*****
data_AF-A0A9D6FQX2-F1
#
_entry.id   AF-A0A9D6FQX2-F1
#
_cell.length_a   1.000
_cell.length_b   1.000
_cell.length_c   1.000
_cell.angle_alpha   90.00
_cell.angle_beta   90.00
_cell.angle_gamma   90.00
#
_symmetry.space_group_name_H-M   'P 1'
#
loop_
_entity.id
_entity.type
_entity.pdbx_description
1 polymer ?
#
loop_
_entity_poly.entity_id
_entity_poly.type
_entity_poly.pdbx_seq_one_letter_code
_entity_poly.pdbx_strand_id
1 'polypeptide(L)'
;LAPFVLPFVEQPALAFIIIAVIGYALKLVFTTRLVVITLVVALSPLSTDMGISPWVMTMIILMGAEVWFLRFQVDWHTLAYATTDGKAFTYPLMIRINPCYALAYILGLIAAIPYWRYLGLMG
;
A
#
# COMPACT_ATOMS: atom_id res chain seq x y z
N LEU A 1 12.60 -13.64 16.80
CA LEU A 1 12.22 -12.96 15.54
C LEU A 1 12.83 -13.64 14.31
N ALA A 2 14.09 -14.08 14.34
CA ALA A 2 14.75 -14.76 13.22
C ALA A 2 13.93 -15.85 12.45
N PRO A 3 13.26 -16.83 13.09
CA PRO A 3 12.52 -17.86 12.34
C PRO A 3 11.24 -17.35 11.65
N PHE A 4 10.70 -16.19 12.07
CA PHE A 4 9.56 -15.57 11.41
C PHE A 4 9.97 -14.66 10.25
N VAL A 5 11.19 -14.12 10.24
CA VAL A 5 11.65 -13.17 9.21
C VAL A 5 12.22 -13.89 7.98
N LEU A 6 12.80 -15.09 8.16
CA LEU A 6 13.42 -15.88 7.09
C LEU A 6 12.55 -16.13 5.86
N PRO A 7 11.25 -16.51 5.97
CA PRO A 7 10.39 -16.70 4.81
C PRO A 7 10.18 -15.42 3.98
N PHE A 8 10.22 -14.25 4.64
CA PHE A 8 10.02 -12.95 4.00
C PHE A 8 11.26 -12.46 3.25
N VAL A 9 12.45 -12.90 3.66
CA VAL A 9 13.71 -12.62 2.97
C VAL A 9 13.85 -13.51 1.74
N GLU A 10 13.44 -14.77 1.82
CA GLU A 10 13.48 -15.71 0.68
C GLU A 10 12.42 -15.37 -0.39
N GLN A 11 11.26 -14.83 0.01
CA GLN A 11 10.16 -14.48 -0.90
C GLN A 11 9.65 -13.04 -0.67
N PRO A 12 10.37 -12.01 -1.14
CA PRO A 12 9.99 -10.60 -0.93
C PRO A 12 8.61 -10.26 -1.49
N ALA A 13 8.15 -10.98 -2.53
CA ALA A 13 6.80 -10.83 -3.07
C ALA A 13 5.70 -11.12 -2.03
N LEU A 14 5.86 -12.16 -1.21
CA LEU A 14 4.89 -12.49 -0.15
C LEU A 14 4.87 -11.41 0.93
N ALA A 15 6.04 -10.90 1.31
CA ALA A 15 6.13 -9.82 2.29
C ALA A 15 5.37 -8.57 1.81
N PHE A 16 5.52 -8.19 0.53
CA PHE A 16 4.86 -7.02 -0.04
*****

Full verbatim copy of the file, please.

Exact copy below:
data_AF-A0A9D6FQX2-F1
#
_entry.id   AF-A0A9D6FQX2-F1
#
_cell.length_a   1.000
_cell.length_b   1.000
_cell.length_c   1.000
_cell.angle_alpha   90.00
_cell.angle_beta   90.00
_cell.angle_gamma   90.00
#
_symmetry.space_group_name_H-M   'P 1'
#
loop_
_entity.id
_entity.type
_entity.pdbx_description
1 polymer ?
#
loop_
_entity_poly.entity_id
_entity_poly.type
_entity_poly.pdbx_seq_one_letter_code
_entity_poly.pdbx_strand_id
1 'polypeptide(L)'
;LAPFVLPFVEQPALAFIIIAVIGYALKLVFTTRLVVITLVVALSPLSTDMGISPWVMTMIILMGAEVWFLRFQVDWHTLAYATTDGKAFTYPLMIRINPCYALAYILGLIAAIPYWRYLGLMG
;
A
#
# COMPACT_ATOMS: atom_id res chain seq x y z
N LEU A 1 12.60 -13.64 16.80
CA LEU A 1 12.22 -12.96 15.54
C LEU A 1 12.83 -13.64 14.31
N ALA A 2 14.09 -14.08 14.34
CA ALA A 2 14.75 -14.76 13.22
C ALA A 2 13.93 -15.85 12.45
N PRO A 3 13.26 -16.83 13.09
CA PRO A 3 12.52 -17.86 12.34
C PRO A 3 11.24 -17.35 11.65
N PHE A 4 10.70 -16.19 12.07
CA PHE A 4 9.56 -15.57 11.41
C PHE A 4 9.97 -14.66 10.25
N VAL A 5 11.19 -14.12 10.24
CA VAL A 5 11.65 -13.17 9.21
C VAL A 5 12.22 -13.89 7.98
N LEU A 6 12.80 -15.09 8.16
CA LEU A 6 13.42 -15.88 7.09
C LEU A 6 12.55 -16.13 5.86
N PRO A 7 11.25 -16.51 5.97
CA PRO A 7 10.39 -16.70 4.81
C PRO A 7 10.18 -15.42 3.98
N PHE A 8 10.22 -14.25 4.64
CA PHE A 8 10.02 -12.95 4.00
C PHE A 8 11.26 -12.46 3.25
N VAL A 9 12.45 -12.90 3.66
CA VAL A 9 13.71 -12.62 2.97
C VAL A 9 13.85 -13.51 1.74
N GLU A 10 13.44 -14.77 1.82
CA GLU A 10 13.48 -15.71 0.68
C GLU A 10 12.42 -15.37 -0.39
N GLN A 11 11.26 -14.83 0.01
CA GLN A 11 10.16 -14.48 -0.90
C GLN A 11 9.65 -13.04 -0.67
N PRO A 12 10.37 -12.01 -1.14
CA PRO A 12 9.99 -10.60 -0.93
C PRO A 12 8.61 -10.26 -1.49
N ALA A 13 8.15 -10.98 -2.53
CA ALA A 13 6.80 -10.83 -3.07
C ALA A 13 5.70 -11.12 -2.03
N LEU A 14 5.86 -12.16 -1.21
CA LEU A 14 4.89 -12.49 -0.15
C LEU A 14 4.87 -11.41 0.93
N ALA A 15 6.04 -10.90 1.31
CA ALA A 15 6.13 -9.82 2.29
C ALA A 15 5.37 -8.57 1.81
N PHE A 16 5.52 -8.19 0.53
CA PHE A 16 4.86 -7.02 -0.04